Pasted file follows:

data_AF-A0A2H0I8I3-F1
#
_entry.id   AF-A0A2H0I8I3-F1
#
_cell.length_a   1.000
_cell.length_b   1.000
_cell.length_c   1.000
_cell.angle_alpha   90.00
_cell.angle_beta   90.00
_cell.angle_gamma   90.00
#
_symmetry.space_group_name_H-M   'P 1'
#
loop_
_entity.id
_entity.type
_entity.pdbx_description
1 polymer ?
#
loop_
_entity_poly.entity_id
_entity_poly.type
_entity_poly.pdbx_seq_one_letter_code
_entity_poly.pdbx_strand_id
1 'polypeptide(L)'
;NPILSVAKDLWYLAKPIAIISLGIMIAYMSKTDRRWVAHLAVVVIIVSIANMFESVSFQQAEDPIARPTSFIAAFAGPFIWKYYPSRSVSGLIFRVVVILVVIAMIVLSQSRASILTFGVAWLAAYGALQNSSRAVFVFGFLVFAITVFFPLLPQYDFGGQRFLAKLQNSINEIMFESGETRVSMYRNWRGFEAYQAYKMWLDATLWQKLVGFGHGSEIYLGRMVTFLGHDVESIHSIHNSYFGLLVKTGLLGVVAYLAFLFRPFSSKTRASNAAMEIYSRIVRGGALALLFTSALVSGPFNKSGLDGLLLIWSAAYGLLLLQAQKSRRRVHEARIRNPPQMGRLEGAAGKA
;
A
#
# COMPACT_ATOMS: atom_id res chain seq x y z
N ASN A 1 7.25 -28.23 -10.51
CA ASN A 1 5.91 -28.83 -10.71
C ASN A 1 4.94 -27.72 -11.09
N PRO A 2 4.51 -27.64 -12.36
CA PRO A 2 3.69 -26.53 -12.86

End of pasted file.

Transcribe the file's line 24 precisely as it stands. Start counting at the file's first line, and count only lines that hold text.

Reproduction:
_entity_poly.pdbx_strand_id